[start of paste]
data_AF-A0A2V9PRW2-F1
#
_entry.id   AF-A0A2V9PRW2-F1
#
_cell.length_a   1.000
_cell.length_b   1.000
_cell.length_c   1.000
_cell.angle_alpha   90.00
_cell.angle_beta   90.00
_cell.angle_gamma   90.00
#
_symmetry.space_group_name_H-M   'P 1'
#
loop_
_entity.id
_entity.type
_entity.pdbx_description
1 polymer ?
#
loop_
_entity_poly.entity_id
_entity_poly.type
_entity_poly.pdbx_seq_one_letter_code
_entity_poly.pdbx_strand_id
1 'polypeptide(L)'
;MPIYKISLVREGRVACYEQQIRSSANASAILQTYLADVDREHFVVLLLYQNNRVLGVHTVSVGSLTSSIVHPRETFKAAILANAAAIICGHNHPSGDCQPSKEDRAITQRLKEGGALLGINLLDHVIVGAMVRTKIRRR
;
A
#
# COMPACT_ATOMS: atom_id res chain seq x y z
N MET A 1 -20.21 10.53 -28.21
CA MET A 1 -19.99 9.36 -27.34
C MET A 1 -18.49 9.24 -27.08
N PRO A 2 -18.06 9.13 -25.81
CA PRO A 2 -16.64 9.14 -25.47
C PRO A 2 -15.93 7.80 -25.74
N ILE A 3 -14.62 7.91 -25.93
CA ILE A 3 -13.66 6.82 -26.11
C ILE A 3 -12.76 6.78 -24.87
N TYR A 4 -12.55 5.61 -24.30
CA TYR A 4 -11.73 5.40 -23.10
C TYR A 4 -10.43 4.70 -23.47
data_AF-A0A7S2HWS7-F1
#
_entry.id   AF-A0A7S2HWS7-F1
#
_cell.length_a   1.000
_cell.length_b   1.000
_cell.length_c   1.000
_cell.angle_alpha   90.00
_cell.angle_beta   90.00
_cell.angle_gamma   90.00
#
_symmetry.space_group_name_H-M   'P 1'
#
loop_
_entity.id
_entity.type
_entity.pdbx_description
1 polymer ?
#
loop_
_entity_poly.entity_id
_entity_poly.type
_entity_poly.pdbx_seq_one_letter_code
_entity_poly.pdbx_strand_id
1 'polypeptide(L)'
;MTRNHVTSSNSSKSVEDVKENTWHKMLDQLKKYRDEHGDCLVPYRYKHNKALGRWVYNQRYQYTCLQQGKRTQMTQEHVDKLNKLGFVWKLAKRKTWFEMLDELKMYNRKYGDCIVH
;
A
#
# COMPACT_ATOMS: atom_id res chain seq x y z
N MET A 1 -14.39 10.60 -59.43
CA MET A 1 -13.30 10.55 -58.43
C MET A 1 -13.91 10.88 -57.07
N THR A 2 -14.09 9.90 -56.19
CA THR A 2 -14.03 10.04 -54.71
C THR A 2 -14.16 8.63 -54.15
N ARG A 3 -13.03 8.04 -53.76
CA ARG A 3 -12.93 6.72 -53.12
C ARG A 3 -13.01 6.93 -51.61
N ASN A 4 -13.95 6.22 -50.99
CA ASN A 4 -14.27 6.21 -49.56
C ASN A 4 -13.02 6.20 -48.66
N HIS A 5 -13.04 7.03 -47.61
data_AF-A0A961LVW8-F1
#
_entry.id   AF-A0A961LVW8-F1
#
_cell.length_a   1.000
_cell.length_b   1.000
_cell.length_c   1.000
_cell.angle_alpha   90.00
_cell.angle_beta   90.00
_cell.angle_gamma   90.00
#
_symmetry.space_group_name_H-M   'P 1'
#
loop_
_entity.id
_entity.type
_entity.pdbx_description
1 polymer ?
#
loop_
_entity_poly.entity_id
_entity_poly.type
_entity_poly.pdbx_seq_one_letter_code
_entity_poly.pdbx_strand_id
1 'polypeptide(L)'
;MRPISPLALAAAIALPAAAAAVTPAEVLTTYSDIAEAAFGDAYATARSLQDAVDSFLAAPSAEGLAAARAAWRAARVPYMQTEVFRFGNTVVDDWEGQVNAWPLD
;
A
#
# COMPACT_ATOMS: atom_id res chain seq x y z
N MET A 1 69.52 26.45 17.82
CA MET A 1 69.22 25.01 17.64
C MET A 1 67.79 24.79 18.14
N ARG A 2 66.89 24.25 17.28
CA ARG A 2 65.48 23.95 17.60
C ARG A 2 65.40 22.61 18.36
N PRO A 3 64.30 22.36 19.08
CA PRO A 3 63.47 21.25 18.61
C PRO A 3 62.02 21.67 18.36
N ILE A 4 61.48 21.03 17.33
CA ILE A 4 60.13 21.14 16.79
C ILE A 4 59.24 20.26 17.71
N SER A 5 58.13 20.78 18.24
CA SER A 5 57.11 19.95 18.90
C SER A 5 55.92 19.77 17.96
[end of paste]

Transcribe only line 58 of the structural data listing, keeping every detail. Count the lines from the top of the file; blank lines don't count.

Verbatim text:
_entity.type